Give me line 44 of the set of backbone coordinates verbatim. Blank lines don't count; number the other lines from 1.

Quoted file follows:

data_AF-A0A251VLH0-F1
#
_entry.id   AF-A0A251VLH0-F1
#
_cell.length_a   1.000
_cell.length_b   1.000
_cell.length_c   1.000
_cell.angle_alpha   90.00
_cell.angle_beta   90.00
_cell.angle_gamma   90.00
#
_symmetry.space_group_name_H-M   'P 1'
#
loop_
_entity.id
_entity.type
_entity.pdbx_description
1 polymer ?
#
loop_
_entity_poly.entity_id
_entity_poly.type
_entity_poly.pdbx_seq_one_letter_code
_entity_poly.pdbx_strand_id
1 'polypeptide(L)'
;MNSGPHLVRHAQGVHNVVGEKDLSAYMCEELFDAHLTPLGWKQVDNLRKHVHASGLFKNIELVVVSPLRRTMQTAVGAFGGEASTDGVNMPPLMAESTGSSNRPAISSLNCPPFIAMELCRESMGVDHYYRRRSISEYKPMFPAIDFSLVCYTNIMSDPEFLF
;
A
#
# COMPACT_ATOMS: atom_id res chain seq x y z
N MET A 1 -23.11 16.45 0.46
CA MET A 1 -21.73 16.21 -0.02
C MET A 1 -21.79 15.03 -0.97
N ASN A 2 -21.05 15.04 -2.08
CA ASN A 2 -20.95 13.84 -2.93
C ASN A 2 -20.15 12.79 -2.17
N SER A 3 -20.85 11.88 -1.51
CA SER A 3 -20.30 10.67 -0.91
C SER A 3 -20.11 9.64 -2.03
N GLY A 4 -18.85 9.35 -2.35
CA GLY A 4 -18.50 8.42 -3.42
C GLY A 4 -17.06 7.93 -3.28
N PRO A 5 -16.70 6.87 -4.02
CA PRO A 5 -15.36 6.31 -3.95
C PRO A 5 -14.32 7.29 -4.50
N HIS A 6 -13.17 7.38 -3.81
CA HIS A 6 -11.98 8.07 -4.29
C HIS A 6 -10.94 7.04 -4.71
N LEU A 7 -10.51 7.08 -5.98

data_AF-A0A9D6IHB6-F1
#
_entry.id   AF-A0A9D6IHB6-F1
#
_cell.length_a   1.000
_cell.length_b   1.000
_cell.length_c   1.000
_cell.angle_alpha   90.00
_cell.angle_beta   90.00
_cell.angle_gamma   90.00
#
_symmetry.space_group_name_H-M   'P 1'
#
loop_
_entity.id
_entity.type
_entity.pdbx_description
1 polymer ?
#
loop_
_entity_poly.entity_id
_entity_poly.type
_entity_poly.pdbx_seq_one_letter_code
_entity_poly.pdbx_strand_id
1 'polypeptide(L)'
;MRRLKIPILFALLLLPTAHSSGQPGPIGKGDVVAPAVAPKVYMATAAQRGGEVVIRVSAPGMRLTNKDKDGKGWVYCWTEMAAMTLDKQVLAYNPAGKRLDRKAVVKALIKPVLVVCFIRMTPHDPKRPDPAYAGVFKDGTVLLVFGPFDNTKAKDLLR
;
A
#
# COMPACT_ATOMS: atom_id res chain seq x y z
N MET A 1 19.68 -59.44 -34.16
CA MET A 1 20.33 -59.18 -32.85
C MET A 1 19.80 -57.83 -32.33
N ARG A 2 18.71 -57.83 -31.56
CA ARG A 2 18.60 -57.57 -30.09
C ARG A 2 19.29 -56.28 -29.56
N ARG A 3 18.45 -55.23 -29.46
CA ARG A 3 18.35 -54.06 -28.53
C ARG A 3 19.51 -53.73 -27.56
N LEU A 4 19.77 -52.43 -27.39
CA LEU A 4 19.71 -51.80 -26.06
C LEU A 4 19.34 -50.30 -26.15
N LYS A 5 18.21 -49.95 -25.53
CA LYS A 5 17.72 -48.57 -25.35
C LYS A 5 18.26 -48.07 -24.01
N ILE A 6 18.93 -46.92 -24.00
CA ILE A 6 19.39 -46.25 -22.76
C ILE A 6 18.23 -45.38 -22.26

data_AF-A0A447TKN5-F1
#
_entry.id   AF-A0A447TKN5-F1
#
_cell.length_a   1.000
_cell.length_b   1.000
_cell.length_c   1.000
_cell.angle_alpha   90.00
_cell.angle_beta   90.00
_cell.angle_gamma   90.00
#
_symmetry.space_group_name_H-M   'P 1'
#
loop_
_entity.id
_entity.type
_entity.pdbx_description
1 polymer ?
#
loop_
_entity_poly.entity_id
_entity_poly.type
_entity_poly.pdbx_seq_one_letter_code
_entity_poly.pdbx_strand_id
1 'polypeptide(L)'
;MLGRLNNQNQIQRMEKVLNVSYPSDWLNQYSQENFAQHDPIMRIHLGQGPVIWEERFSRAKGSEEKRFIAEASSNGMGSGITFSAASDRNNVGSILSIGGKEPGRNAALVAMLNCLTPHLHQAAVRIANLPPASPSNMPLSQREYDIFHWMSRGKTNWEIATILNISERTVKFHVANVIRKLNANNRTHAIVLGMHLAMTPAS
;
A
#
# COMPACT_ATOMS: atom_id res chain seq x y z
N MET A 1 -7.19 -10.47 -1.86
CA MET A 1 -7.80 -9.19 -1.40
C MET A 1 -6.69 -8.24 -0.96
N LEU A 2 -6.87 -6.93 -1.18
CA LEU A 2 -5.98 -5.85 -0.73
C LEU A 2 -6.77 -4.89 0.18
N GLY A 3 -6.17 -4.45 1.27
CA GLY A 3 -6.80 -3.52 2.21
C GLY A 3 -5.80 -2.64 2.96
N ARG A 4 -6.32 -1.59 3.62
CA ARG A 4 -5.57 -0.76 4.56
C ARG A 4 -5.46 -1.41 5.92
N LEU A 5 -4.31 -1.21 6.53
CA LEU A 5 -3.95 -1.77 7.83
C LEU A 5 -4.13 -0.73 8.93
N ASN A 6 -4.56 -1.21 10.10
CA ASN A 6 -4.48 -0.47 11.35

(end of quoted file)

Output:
CA PRO A 5 -15.36 6.31 -3.95